Canadian company, Pathfinders Design and Technology is all about learning through hands-on building. Derek started his business out on Vancouver Island, teaching homeschoolers about medieval siege engines like trebuchets and catapults. Over the years, it’s expanded to creating kits of all kinds of designs, from the original medieval warfare machines to hydraulics, and animals to bridges.
The boys and I got to work on building the hydraulic robotic arm. My oldest, who is 10½ was the most excited to work on this. It was easy to start – just dump out the supplies, find the instructions and go!
Marked as intended for kids ages 8+, this project is pretty advanced. Thankfully the instructions are carefully laid out with both text and images to help make it easier. It took us 2 sessions to finish.
In the instructions, I particularly enjoyed a reminder to have a snack break. The other really neat thing was the addendum that was included in the box – with 2 suggestions that customers had made to make this project even more stable and productive. I love that he’s taken the ideas of someone else and used them to better his model.
After it was all built, my boys spent a solid hour putting it through a series of tests to see what it could pick up. Thanks to the hydraulics, the robotic arm is able to move up and down, side to side almost 90°, and with a pincer grasp. They tested its ability to move smoothly, what size and weight they could grasp, and if they could practically do anything for their everyday life. They were most successful moving around a light cork.
The really neat thing about this project was the visual understanding it presented to be able to explain how hydraulics work. It’s actually quite amazing to see how fluid can affect motion.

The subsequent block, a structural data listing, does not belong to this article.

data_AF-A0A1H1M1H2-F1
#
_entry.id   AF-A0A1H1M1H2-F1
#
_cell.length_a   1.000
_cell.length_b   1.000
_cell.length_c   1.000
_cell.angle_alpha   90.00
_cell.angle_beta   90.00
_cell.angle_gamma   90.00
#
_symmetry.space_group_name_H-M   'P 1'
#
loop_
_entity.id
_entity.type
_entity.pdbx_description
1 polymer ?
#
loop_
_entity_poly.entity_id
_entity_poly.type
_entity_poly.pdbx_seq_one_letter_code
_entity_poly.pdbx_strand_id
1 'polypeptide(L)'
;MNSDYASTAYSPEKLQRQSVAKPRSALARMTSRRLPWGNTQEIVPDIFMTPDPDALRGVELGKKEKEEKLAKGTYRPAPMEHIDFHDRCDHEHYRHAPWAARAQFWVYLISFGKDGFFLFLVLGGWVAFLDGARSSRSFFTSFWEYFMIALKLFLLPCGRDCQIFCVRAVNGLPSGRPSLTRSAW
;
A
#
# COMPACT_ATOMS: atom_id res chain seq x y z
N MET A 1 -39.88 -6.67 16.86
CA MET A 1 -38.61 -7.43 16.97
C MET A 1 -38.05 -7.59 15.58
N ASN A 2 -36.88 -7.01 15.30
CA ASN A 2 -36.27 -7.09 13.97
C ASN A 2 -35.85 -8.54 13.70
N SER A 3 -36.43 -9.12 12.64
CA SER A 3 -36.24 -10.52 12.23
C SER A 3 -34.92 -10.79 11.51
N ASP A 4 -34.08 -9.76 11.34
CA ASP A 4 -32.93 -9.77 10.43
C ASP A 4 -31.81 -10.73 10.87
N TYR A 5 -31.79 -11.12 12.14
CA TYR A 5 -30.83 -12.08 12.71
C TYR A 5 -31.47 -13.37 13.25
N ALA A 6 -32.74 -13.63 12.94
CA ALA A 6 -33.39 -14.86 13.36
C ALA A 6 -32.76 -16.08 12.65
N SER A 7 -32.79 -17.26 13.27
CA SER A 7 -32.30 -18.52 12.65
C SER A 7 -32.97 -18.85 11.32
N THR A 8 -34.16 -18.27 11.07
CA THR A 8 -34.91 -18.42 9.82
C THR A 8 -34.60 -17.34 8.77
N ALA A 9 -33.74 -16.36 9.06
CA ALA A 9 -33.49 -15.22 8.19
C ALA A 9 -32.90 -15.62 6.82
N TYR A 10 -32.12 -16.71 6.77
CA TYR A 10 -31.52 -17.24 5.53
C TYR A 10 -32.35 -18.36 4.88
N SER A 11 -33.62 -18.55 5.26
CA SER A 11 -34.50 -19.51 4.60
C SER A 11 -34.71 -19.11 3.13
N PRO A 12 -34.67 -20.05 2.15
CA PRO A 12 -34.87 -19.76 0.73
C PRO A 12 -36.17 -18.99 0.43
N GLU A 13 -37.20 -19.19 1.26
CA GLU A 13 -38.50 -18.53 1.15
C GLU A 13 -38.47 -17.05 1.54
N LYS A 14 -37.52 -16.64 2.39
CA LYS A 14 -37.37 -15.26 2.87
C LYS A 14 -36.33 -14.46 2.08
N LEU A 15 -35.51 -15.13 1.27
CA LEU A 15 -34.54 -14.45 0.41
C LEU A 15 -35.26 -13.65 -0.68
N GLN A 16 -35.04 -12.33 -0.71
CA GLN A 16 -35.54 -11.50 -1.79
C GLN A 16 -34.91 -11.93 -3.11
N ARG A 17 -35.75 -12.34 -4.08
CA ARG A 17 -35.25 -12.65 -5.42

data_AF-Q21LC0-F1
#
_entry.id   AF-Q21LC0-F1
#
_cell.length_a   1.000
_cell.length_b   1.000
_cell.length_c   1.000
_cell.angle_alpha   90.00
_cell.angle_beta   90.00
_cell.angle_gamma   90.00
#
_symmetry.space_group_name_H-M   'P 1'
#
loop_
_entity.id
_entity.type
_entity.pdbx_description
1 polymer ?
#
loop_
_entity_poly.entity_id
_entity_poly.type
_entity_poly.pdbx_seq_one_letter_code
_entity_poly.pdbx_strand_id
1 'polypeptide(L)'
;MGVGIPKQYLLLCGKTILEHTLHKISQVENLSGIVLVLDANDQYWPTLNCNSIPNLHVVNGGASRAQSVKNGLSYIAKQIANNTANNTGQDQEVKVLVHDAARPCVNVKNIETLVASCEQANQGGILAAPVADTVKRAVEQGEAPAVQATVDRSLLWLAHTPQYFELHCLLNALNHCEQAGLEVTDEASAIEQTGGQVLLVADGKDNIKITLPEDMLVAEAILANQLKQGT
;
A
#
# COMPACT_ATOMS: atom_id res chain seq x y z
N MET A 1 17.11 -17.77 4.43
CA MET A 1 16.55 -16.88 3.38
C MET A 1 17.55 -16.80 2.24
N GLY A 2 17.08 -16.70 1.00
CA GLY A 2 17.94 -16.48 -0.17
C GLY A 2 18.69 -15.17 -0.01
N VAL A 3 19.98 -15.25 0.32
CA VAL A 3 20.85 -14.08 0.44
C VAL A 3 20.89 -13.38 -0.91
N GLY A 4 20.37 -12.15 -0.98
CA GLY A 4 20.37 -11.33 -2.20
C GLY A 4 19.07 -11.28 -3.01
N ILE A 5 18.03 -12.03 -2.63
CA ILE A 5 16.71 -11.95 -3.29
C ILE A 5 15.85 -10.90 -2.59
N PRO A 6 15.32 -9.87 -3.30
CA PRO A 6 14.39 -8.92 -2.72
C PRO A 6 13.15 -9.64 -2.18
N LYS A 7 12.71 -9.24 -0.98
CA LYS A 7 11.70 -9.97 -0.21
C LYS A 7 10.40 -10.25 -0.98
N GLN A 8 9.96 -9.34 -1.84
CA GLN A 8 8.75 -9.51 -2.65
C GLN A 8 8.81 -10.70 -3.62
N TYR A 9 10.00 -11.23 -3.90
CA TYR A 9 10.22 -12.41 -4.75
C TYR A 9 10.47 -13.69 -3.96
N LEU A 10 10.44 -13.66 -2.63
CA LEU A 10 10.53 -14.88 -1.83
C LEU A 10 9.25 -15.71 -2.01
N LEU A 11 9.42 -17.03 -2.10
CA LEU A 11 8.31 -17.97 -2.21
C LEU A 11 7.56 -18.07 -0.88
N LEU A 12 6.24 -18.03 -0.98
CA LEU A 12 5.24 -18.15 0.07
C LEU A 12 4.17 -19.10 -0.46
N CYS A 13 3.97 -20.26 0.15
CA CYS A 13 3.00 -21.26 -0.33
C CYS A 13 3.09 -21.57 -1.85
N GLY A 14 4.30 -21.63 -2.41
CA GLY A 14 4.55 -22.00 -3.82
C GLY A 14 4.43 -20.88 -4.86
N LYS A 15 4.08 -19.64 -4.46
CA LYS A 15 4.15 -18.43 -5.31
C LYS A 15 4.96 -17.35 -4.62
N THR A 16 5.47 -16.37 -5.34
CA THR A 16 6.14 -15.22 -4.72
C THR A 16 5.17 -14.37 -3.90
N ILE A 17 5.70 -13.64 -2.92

I think my 10 year old expressed how much he loves the results of this building project. He’s already trying to think about how he could expand on it and figure out how to make it move forwards and backwards as well. My 7 year old was trying to figure out how he could use this information to modify it to be an electrical robot arm. There are a lot of potential extensions to the learning here.
We sent another project home with a friend – the Leonardo da Vinci Catapult. This model is of a medieval siege weapon that uses tension to hurl objects. In this case, the tension is created through the use of rope. The box promises that you can launch a projectile a good 4+ meters! The Leonardo da Vinci projects are geared more for the 12+ age range, as they are a bit more elaborate. We asked our friends to send us their reaction to the project.
“This toy was very hard to put together. I found it very complicated, but even though it was hard, I still had fun working on it.”
There are so many different and varying projects available from this company, you are sure to find something amazing for everyone in your family. I was really excited to hear of some of the future projects they have in the works – and hopefully when they are ready, I’ll be able to share some of them with you!
I have been really impressed when chatting with Derek about his business and how much he values the opinions and ideas of homeschoolers. Since the original purpose of these models has been for education, he’s listened to the feedback of the community to put together learning resources that are related. Some you can find right on the Pathfinders Design and Technology website under the resources tab: things like graphic charts, free and links to other great sites. But you can also visit his additional education site which is all about expanding the models into a greater learning experience.